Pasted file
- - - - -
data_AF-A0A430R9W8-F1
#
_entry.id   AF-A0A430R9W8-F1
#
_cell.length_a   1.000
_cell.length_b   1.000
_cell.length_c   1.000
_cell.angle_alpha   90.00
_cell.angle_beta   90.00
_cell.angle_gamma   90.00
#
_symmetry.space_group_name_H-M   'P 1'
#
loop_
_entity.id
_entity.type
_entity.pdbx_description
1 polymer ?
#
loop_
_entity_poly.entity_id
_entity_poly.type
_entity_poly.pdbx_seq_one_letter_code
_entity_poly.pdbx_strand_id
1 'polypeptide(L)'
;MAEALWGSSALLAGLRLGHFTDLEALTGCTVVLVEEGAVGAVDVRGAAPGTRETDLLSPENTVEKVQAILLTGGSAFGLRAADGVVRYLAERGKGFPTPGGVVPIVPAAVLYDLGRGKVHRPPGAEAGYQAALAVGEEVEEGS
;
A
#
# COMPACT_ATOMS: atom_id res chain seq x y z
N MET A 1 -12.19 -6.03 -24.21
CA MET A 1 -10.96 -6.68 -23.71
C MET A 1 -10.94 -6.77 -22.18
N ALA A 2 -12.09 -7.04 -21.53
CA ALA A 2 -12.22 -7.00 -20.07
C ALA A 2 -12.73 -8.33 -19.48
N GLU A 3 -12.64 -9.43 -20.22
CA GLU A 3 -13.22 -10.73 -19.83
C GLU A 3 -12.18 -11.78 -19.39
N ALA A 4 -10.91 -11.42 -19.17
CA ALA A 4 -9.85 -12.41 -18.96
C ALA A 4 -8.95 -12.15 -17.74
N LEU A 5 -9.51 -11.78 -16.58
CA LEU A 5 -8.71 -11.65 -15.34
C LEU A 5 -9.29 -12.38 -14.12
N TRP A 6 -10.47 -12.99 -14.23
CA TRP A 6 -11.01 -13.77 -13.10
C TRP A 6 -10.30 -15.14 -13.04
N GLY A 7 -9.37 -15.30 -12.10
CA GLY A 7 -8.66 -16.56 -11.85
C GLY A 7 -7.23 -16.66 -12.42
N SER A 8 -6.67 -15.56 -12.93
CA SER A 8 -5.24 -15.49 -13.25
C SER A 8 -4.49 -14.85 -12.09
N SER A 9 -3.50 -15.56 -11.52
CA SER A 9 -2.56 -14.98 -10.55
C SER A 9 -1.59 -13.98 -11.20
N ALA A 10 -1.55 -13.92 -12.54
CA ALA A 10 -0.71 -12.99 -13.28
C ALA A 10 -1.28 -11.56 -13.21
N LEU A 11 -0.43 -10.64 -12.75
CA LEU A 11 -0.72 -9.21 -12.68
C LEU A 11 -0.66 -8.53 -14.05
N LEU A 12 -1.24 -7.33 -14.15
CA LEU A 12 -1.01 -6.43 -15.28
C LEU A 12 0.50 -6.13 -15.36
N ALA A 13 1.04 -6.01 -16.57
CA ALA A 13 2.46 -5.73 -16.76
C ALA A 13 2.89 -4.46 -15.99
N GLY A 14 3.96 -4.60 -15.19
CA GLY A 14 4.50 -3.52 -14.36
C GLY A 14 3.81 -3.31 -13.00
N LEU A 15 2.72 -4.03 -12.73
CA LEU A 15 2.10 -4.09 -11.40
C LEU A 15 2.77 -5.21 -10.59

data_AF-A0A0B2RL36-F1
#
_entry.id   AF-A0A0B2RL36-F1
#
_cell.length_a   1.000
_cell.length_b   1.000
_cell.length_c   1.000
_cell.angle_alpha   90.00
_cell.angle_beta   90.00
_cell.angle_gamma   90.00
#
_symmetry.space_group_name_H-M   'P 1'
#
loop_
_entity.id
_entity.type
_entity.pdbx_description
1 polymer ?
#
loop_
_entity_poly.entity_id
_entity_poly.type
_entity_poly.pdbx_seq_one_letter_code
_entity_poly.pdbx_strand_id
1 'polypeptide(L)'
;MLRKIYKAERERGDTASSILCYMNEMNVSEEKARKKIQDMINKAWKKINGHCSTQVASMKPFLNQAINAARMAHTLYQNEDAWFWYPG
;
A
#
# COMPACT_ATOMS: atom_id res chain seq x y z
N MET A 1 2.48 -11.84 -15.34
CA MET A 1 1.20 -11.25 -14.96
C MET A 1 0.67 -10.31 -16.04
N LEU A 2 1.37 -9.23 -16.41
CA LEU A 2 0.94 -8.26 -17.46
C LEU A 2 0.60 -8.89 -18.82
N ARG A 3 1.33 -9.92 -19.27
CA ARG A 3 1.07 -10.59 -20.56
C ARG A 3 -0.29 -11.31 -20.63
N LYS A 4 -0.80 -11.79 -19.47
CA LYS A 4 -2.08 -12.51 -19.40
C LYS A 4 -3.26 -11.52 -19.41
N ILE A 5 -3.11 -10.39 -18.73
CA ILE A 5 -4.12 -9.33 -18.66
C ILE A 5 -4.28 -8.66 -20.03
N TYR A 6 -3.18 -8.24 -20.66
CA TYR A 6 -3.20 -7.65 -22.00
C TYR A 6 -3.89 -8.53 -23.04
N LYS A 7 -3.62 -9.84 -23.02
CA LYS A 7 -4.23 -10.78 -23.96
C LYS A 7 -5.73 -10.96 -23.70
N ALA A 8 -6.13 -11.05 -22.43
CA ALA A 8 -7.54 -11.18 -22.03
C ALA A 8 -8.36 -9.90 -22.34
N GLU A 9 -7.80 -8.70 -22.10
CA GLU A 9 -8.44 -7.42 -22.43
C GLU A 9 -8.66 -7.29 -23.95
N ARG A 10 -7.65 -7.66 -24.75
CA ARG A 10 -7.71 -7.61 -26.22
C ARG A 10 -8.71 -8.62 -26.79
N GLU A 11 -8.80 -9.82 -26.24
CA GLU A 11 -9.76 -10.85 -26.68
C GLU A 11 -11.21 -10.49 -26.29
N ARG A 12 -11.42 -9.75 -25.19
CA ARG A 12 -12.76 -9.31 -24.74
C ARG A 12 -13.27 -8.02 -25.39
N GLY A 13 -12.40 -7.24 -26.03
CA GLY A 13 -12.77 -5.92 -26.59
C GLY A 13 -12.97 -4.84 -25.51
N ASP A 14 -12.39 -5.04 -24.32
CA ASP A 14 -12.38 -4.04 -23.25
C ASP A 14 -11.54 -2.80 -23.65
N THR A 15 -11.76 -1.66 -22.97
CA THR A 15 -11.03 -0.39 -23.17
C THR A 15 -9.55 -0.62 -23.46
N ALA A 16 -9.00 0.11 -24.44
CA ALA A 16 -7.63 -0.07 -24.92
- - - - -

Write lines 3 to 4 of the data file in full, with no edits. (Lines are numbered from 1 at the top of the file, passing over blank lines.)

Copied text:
_entry.id   AF-A0A430R9W8-F1
#